the Paras’ belt. Made from recycled ocean plastic, it’s tougher yet more lustrous than a regular NATO. “There’s just no comparison,” says Mike France. “Unlike a NATO, the #tide doesn’t make the watch sit high on your wrist, and because it’s fitted with our quick-release system you can swap it in seconds.” Brought together, the fusion of elevated Swiss engineering, extensive material experimentation and sensitive military styling is not just a fitting tribute to one of the most admired regiments in the world but a sign of Christopher Ward’s ambition and pride in the best of Britain. In fact, the only thing that doesn’t make sense is the price: just £995 for a watch that if it was made by a venerable Swiss brand would be priced many times that. But this, like the ethos behind the watch and the Paras themselves, is another sign the British like to do things differently. Ready to make the leap? The C63 Colchester is available now from christopherward.com Prices from: £995 / $1,130 / €1,185.00


Revolver by The Beatles It’s easy to take the Beatles for granted. Sure they were the dominant cultural force of the 1960s, but well, we’ve all heard Hey Jude enough times, right? But, whether you think the Fabs are the greatest band ever or merely a decent 20th-century pop group, they were not just prolific – 12 albums in seven years – but staggeringly experimental, reinventing their sound with every album. And perhaps the most radical of all is Revolver, released 55 years ago in August 1966. After the pop majesty of Rubber Soul, it would have been easy for the lads to do another collection of classic songs. Instead, they not only tore up the rule book but covered it with lighter fluid and threw it on the fire.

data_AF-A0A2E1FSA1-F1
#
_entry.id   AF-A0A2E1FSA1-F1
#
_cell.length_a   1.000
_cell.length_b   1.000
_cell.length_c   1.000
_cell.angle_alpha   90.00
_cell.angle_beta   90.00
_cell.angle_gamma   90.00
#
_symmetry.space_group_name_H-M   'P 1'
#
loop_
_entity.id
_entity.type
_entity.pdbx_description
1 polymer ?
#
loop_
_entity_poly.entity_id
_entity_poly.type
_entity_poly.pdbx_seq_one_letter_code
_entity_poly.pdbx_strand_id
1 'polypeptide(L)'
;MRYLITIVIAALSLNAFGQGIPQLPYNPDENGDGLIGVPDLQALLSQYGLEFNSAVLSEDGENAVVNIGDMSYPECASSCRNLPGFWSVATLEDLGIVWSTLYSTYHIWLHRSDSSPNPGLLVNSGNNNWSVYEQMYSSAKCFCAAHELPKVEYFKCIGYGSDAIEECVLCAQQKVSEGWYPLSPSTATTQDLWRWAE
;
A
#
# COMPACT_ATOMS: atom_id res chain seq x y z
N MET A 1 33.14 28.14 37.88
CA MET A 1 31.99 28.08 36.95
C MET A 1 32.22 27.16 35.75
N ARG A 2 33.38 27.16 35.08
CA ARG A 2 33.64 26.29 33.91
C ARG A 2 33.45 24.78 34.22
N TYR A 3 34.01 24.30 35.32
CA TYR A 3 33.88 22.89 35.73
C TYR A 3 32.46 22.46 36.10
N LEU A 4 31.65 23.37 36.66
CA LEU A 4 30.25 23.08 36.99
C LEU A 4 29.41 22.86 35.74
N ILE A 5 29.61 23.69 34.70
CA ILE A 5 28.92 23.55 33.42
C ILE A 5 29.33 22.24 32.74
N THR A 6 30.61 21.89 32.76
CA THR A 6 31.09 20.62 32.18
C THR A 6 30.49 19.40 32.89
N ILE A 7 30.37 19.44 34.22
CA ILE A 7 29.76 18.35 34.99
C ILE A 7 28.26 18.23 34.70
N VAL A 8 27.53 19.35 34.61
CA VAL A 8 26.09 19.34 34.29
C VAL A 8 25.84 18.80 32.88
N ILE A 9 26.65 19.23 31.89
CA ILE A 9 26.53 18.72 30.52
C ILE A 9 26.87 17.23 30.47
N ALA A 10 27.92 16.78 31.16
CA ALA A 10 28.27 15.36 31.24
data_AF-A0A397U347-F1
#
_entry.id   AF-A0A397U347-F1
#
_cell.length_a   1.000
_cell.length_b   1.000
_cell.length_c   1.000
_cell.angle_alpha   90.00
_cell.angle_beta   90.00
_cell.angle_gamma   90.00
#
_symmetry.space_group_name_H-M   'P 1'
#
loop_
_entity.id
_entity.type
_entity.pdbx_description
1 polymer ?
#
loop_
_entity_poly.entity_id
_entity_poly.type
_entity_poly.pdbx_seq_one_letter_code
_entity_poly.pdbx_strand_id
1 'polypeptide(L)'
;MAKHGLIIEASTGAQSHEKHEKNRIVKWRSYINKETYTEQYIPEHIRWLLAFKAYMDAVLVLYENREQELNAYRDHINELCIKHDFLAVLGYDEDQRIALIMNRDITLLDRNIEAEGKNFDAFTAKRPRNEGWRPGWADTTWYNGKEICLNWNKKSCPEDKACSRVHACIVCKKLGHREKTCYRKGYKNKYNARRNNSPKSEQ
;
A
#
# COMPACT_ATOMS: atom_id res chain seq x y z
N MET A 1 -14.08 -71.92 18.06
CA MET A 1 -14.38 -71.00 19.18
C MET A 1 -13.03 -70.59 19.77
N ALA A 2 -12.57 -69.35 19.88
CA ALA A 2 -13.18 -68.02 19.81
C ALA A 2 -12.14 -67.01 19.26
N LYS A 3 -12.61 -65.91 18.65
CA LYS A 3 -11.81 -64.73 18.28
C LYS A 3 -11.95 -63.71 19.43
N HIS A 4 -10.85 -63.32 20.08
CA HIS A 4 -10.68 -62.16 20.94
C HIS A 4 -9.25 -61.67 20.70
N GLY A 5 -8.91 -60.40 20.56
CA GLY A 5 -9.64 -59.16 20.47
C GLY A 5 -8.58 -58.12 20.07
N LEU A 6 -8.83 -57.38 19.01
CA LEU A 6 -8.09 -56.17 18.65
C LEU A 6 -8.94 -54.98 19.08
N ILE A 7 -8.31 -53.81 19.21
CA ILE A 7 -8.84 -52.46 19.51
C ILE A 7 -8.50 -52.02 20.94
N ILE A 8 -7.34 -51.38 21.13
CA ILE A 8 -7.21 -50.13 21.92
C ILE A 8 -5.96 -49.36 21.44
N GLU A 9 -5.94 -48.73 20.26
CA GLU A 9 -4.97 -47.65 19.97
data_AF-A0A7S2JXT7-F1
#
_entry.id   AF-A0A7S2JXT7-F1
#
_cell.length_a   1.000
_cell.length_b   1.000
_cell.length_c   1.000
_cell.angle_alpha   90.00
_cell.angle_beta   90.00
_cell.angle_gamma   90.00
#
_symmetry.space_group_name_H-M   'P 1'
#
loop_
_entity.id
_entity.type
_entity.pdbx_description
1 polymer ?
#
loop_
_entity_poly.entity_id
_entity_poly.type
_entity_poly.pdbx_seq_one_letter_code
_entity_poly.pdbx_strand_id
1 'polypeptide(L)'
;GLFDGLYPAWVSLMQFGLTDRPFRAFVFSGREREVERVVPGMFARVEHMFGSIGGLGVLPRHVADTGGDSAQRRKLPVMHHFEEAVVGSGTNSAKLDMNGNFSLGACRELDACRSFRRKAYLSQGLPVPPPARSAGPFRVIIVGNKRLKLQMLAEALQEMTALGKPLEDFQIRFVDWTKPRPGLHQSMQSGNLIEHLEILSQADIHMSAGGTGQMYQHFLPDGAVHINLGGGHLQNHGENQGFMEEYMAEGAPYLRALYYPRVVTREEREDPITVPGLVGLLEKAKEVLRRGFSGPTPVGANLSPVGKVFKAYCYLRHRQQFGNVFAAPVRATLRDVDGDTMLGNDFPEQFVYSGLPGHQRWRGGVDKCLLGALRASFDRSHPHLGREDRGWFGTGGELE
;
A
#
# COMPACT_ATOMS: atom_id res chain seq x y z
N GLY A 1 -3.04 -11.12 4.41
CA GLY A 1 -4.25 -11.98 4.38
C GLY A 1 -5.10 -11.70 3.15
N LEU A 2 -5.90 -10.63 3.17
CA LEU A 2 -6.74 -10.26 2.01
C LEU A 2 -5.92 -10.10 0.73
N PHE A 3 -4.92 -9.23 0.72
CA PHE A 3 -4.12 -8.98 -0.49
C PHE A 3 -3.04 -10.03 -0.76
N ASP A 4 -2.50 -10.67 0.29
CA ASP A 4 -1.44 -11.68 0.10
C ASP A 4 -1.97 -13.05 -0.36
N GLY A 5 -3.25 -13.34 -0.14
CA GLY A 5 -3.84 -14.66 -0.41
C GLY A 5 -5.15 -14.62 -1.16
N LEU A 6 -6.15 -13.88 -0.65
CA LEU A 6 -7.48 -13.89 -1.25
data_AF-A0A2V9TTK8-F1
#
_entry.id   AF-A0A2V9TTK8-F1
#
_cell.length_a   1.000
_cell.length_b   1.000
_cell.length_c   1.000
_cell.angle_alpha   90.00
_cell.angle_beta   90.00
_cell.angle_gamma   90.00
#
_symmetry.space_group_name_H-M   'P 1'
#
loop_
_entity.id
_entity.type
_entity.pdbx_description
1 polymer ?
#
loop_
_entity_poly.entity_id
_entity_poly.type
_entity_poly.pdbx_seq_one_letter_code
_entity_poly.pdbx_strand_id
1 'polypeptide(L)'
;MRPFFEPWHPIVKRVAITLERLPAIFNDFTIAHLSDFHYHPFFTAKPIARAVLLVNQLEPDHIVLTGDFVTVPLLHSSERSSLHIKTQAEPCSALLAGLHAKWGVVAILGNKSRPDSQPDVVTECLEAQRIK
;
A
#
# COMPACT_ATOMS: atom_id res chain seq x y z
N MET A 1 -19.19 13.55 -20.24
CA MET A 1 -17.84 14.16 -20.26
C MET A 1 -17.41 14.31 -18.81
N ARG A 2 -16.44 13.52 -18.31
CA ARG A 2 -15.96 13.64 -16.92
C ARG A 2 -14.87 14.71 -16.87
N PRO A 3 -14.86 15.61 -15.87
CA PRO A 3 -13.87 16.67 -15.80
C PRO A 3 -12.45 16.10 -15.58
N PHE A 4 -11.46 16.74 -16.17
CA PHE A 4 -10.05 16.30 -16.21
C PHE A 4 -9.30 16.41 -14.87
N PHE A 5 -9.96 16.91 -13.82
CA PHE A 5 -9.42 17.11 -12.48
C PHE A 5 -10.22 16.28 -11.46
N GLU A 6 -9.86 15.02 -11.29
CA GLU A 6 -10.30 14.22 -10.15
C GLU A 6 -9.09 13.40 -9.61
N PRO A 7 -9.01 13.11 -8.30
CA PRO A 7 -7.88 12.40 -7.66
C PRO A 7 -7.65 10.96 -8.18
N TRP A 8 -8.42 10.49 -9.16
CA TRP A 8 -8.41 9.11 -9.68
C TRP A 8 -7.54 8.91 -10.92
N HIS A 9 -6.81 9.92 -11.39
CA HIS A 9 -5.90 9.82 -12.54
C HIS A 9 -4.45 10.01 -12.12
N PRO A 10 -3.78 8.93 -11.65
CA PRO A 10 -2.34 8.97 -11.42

The focus: Beatles Afro art Rome

Revolver is a revelation. All musical life is here. As the Beatles gave up touring, the Abbey Road studio became their canvas, where they could experiment with tape loops and toys like the Fairchild 670 Compressor.

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Eleanor Rigby’s mix of mournful strings with McCartney’s sombre vocals hits you in the gut with the same power half a century ago, while Got To Get You Into My Life is a joyful brass-led tribute to the power of pot. But it’s on tracks like John Lennon’s trippy I’m Only Sleeping and George Harrison’s sitar-dominated Love To You that they let go – mixing unforgettable melodies with reverse tape loops and decidedly un-poppy lyrics. Finally, and most important of all, is Tomorrow Never Knows. While Lennon wrote the lyrics – taken from the Tibetan Book Of The Dead – this is Ringo Starr’s record. His on-the-nose proto-funk drumming – combined with spedup vocal and sound effects – bangs hard and takes you to the heart of the dancefloor. No wonder The Chemical Brothers still play it in their DJ set. George Harrison described Tomorrow Never Knows as “easily the most amazing new thing we’ve ever come up with”. He could have been describing Revolver itself.


The museum